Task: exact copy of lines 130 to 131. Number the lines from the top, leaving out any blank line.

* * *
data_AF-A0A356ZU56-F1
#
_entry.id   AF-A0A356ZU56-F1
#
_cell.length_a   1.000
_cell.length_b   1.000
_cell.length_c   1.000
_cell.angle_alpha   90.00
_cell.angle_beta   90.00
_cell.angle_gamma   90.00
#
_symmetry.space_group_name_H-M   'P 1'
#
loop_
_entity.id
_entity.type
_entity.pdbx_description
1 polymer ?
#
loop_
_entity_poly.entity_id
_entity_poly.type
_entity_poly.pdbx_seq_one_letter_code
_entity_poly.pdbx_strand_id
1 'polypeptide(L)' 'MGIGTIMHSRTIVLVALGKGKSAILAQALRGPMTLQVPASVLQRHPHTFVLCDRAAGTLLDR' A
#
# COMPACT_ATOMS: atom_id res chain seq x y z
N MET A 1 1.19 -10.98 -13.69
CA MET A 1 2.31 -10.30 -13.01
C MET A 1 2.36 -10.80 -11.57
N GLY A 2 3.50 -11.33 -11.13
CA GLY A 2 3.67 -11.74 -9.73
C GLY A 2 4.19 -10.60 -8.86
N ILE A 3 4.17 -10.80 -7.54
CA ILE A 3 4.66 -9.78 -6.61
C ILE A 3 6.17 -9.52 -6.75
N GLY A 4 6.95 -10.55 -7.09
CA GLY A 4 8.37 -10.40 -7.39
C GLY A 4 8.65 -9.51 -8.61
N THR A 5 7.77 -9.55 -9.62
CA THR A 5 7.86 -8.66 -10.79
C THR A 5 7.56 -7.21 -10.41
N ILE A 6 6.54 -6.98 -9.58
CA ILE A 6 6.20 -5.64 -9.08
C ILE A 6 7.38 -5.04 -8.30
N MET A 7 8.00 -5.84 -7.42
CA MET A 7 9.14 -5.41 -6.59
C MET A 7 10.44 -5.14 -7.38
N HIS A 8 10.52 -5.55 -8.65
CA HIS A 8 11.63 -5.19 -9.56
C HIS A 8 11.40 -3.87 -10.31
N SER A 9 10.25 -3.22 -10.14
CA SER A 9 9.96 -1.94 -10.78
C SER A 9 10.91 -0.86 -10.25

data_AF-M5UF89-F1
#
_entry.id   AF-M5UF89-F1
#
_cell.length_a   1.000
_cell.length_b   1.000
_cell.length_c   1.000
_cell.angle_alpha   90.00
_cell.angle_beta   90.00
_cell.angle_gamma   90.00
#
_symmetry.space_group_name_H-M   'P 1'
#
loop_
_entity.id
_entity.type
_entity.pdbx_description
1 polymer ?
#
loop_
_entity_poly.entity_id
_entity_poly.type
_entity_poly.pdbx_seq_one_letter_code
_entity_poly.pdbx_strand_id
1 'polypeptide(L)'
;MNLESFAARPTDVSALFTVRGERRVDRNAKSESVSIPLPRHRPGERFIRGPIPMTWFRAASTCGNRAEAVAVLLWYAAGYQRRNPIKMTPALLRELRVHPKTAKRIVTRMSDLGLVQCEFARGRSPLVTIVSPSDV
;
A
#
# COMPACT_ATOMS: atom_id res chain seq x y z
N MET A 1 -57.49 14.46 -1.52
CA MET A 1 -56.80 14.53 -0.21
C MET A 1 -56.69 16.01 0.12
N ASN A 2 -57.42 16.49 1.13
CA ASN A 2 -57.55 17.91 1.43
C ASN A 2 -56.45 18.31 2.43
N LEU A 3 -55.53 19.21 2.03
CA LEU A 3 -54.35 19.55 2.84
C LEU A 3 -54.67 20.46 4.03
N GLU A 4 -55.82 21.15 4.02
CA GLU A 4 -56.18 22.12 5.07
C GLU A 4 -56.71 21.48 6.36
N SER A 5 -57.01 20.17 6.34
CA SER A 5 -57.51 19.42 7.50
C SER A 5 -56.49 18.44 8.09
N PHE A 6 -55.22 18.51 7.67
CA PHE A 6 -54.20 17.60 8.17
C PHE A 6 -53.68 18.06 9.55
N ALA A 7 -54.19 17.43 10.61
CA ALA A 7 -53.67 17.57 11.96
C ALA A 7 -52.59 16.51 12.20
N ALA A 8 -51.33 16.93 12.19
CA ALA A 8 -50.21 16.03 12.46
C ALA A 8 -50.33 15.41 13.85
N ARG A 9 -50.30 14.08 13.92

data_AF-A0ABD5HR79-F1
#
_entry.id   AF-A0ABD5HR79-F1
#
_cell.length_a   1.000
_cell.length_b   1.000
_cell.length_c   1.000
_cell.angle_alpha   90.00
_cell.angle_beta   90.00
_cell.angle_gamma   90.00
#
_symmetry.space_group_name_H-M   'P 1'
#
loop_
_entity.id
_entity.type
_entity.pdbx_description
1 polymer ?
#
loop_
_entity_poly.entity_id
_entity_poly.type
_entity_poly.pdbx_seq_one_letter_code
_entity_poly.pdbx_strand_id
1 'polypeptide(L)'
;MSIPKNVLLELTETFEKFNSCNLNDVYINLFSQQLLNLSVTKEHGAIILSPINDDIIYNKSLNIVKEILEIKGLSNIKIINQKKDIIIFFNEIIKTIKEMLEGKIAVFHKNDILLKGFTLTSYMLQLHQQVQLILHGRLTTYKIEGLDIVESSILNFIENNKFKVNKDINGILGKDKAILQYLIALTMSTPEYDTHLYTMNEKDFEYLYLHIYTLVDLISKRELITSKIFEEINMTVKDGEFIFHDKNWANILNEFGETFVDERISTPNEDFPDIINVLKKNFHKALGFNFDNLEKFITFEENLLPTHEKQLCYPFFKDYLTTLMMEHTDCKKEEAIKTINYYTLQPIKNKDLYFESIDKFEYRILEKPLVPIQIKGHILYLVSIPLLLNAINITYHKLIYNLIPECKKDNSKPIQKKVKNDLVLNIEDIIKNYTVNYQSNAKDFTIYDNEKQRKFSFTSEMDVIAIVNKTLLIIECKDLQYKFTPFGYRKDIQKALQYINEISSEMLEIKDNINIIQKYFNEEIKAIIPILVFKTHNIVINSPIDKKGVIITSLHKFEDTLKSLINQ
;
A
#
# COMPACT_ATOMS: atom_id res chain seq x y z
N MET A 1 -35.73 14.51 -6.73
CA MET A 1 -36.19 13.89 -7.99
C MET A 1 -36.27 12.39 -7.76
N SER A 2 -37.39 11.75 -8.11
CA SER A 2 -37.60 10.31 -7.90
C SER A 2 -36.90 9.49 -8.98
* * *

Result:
_entity_poly.entity_id
_entity_poly.type